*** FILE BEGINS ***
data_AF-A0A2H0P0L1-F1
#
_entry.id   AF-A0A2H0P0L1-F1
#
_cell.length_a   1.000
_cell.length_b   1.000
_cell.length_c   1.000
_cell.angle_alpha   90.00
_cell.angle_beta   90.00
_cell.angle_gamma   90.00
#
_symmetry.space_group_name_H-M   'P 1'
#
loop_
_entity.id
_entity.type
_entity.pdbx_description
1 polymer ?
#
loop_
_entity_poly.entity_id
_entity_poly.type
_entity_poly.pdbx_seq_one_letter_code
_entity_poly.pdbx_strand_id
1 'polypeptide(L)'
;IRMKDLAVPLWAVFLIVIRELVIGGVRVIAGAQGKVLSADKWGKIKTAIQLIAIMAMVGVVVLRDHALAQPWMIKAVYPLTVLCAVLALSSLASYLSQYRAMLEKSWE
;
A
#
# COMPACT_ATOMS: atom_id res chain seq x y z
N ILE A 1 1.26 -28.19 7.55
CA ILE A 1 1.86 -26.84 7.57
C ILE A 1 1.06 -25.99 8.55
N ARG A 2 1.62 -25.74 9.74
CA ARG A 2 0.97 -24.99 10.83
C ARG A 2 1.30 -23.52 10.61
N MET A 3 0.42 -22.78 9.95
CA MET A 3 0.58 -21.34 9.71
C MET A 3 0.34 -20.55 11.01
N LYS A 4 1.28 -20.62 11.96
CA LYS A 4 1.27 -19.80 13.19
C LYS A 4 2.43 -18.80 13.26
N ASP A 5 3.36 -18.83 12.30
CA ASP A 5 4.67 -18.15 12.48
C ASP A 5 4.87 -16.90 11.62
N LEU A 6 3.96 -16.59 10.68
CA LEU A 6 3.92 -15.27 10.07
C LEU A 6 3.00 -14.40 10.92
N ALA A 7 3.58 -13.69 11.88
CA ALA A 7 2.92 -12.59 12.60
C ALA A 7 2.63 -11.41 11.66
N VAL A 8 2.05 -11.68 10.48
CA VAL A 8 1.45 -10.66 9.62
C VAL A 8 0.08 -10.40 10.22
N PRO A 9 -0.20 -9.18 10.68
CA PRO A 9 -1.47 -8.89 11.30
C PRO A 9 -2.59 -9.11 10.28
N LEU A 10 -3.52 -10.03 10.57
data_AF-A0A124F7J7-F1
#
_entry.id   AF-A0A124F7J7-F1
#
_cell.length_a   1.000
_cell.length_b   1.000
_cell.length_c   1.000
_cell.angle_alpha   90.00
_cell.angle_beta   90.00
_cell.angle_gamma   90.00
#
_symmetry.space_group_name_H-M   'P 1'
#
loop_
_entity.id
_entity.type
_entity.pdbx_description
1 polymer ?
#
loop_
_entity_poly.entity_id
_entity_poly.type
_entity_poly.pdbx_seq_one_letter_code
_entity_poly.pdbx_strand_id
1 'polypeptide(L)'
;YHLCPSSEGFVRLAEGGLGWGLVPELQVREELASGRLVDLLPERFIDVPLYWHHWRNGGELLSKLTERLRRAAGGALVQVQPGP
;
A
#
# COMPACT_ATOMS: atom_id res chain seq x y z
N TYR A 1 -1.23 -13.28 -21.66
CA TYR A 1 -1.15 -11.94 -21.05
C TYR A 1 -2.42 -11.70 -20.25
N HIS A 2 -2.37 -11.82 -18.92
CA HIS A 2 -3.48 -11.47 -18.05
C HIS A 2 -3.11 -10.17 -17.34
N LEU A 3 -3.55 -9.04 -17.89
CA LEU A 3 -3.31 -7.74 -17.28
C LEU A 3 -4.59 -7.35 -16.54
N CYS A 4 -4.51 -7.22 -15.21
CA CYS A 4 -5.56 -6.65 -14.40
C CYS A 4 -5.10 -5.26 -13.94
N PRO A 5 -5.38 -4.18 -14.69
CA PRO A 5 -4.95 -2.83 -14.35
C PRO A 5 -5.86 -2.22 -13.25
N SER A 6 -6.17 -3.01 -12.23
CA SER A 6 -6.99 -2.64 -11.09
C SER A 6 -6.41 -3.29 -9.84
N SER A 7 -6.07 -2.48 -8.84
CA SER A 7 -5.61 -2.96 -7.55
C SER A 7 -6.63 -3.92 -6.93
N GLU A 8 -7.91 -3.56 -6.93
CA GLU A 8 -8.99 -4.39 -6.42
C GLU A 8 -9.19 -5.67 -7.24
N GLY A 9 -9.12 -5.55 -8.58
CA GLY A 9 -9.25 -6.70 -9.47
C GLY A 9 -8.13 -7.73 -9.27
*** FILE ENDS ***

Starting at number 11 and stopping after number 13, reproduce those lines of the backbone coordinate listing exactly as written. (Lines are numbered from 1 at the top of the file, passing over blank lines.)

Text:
#
_symmetry.space_group_name_H-M   'P 1'
#